The film is not only scary and disturbing, it is one of the most moving—and true—movies about loss and grief, and how they can corrode and consume, yet also make us, re-shape us, change us.
But the death of Amelia’s husband is not just the heart of the film, but—for this viewer—the heart of its subterranean message. This film is about the aftermath of death; how its remnants destroy long after the dead body has been buried or burned; it’s about how a loved one’s death can erode, and then threaten to kill a family.
Yet it is significant that when the Babadook seems to take over Amelia it passes over her: a shadow of darkness; she may swallow it, or its horror, at one point. In its presence--jolting, sudden, horrific—the monster is the monster of grief. The grief in this house is extreme of course; this is a horror movie, after all. It controls, differently, mother and son. It warps them and yet makes them, and horrifies them both as it does so—just as grief does.
But it is another great and piercing truth of The Babadook that the reality of grief, the horrible truth, is that—unlike what you typically see on TV and in movies—is that you don’t get over the loss of a loved one. Time yanks and chivvies you forward, edges are softened, life trajectories evolve, but years down the line that baseline, incontrovertible grief is still there.
You can be doing some cleaning and bam, you’re floored. You can be working, and then you remember. Suddenly, you are crying, breathless, raging, and on quieter days just going through the motions. “Moving on” from the death of a loved one is rarely uniform.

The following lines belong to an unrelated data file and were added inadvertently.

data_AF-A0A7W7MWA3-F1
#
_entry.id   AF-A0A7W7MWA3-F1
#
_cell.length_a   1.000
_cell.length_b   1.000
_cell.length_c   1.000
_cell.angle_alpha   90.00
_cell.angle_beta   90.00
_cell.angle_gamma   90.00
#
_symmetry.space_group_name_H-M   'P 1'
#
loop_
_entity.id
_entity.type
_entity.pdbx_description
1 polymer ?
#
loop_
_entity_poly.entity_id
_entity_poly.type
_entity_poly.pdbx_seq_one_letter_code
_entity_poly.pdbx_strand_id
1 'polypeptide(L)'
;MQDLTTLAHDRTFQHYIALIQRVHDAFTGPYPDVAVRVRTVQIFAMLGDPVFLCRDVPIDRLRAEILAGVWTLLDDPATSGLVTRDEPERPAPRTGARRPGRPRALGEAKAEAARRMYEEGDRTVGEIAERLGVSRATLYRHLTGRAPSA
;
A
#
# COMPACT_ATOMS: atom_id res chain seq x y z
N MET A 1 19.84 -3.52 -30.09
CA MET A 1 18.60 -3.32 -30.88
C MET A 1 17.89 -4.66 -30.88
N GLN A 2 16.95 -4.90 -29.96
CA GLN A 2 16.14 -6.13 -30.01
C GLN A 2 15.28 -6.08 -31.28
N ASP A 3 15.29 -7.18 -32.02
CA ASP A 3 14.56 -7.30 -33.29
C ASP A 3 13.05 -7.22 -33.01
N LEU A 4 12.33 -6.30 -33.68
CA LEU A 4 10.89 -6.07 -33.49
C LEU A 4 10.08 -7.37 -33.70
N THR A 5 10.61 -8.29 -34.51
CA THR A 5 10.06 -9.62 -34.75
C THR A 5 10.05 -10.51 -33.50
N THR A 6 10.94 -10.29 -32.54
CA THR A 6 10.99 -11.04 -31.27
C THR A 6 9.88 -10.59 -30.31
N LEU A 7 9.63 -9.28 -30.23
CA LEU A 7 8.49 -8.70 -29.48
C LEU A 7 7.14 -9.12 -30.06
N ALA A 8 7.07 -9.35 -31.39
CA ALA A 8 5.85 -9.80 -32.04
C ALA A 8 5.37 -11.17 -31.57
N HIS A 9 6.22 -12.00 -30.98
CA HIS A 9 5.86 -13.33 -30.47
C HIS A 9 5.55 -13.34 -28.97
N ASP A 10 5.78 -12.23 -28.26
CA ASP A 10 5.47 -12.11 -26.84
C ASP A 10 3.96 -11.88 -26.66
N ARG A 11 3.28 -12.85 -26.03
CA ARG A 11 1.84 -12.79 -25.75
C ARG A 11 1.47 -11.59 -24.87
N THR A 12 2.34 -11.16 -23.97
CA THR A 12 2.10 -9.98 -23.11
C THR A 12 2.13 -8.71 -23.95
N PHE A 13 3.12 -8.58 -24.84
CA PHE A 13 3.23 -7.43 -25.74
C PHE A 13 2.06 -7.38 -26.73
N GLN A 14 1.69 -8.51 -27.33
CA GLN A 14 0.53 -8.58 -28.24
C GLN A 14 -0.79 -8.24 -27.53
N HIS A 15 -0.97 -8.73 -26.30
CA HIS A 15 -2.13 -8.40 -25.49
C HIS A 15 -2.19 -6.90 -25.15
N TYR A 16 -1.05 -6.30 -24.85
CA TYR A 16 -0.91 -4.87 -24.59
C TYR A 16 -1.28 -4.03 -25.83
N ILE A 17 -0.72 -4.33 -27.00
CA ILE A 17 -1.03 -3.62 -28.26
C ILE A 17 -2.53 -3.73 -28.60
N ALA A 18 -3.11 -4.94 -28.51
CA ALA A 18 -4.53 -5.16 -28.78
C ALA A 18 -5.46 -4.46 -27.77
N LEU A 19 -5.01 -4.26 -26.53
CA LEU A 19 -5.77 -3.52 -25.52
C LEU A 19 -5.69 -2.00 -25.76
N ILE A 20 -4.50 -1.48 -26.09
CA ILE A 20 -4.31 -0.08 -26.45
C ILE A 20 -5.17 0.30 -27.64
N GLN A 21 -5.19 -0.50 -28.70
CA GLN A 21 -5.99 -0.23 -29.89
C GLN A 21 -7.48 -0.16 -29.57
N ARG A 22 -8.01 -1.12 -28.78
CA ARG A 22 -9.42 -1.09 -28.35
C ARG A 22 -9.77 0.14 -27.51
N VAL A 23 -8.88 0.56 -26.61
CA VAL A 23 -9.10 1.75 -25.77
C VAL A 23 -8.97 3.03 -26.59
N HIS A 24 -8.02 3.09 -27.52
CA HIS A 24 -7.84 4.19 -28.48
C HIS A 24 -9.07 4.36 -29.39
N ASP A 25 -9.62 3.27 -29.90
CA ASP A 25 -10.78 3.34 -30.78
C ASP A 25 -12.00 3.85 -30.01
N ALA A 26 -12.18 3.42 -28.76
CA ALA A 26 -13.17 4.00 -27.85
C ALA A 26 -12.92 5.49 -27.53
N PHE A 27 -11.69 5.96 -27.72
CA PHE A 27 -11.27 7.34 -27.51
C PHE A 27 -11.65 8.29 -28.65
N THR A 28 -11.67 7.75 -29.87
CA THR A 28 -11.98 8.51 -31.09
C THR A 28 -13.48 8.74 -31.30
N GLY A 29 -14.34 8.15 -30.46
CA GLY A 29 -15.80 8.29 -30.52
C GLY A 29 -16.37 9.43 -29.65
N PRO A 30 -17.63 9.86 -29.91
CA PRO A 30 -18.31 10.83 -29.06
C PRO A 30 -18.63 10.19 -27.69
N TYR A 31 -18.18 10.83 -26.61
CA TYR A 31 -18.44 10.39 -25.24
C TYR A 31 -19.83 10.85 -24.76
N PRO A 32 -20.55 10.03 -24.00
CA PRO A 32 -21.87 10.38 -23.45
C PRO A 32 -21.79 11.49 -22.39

The Babadook is the shape of grief: all-enveloping, shape-shifting, black, here intensely, terrifying, then gone. The house decays around Amelia and Samuel, their world narrows and becomes mad, undealable with. Energy is sucked from them, the world around them becomes impossible—the Babadook of grief and loss exerts its force everywhere.
Just as in real life, you can come to live with grief, so Amelia and Sam do at the end of the film. It doesn’t have to destroy you, but it may never leave. Oddly you nurture it, it is part of you, and inescapably part of your past, present, and future.
But it has its place. It has a presence, it remains potentially destructive, but all we can do is attempt to marshal it.
Grief is part of us, living with loss is part of us. We do not “get over it.” Grief, like the Babadook, never leaves. Terrible loss may never be surmounted. But it needn’t warp us, destroy us, kill us. You can accord it a place, and then—hopefully—like Amelia and Sam find a way to get on with your life. Rather than terrifying me, The Babadook moved me to tears—like Into The Woods, it is an unflinching exposition of the realities of grieving and loss, but in very unexpected, and vivid, clothing.